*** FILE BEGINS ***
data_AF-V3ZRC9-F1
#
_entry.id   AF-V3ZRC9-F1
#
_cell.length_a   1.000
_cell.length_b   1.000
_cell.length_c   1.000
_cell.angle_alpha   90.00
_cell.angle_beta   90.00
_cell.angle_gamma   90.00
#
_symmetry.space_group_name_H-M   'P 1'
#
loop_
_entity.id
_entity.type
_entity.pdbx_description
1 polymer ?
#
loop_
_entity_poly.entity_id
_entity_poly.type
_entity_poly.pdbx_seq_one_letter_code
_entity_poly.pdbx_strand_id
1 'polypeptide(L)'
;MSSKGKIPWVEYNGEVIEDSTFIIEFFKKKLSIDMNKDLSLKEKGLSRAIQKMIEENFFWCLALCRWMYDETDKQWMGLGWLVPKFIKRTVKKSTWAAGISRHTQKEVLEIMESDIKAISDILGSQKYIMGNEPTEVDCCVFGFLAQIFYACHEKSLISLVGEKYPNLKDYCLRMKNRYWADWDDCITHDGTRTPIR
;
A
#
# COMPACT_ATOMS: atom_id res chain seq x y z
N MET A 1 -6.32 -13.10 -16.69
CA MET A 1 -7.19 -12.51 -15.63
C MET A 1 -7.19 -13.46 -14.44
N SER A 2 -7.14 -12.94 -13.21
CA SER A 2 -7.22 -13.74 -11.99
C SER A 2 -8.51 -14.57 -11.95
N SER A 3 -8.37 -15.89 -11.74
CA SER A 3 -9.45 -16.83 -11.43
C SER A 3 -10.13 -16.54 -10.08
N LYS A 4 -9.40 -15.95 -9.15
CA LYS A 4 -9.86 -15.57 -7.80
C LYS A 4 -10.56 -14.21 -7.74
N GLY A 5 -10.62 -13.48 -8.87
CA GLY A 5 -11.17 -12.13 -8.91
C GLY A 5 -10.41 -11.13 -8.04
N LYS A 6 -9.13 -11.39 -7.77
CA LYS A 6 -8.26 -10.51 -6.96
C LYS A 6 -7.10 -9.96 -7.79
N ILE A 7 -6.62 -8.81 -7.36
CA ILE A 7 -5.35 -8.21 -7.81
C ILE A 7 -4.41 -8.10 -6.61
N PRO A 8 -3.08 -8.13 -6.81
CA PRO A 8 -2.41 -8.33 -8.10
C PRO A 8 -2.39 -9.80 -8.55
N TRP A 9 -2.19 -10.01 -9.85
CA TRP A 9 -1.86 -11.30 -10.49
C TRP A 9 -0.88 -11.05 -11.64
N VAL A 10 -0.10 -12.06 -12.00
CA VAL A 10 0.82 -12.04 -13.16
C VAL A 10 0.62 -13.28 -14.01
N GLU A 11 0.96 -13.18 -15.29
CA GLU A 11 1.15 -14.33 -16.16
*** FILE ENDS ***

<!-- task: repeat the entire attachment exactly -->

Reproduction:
data_AF-V3ZRC9-F1
#
_entry.id   AF-V3ZRC9-F1
#
_cell.length_a   1.000
_cell.length_b   1.000
_cell.length_c   1.000
_cell.angle_alpha   90.00
_cell.angle_beta   90.00
_cell.angle_gamma   90.00
#
_symmetry.space_group_name_H-M   'P 1'
#
loop_
_entity.id
_entity.type
_entity.pdbx_description
1 polymer ?
#
loop_
_entity_poly.entity_id
_entity_poly.type
_entity_poly.pdbx_seq_one_letter_code
_entity_poly.pdbx_strand_id
1 'polypeptide(L)'
;MSSKGKIPWVEYNGEVIEDSTFIIEFFKKKLSIDMNKDLSLKEKGLSRAIQKMIEENFFWCLALCRWMYDETDKQWMGLGWLVPKFIKRTVKKSTWAAGISRHTQKEVLEIMESDIKAISDILGSQKYIMGNEPTEVDCCVFGFLAQIFYACHEKSLISLVGEKYPNLKDYCLRMKNRYWADWDDCITHDGTRTPIR
;
A
#
# COMPACT_ATOMS: atom_id res chain seq x y z
N MET A 1 -6.32 -13.10 -16.69
CA MET A 1 -7.19 -12.51 -15.63
C MET A 1 -7.19 -13.46 -14.44
N SER A 2 -7.14 -12.94 -13.21
CA SER A 2 -7.22 -13.74 -11.99
C SER A 2 -8.51 -14.57 -11.95
N SER A 3 -8.37 -15.89 -11.74
CA SER A 3 -9.45 -16.83 -11.43
C SER A 3 -10.13 -16.54 -10.08
N LYS A 4 -9.40 -15.95 -9.15
CA LYS A 4 -9.86 -15.57 -7.80
C LYS A 4 -10.56 -14.21 -7.74
N GLY A 5 -10.62 -13.48 -8.87
CA GLY A 5 -11.17 -12.13 -8.91
C GLY A 5 -10.41 -11.13 -8.04
N LYS A 6 -9.13 -11.39 -7.77
CA LYS A 6 -8.26 -10.51 -6.96
C LYS A 6 -7.10 -9.96 -7.79
N ILE A 7 -6.62 -8.81 -7.36
CA ILE A 7 -5.35 -8.21 -7.81
C ILE A 7 -4.41 -8.10 -6.61
N PRO A 8 -3.08 -8.13 -6.81
CA PRO A 8 -2.41 -8.33 -8.10
C PRO A 8 -2.39 -9.80 -8.55
N TRP A 9 -2.19 -10.01 -9.85
CA TRP A 9 -1.86 -11.30 -10.49
C TRP A 9 -0.88 -11.05 -11.64
N VAL A 10 -0.10 -12.06 -12.00
CA VAL A 10 0.82 -12.04 -13.16
C VAL A 10 0.62 -13.28 -14.01
N GLU A 11 0.96 -13.18 -15.29
CA GLU A 11 1.15 -14.33 -16.16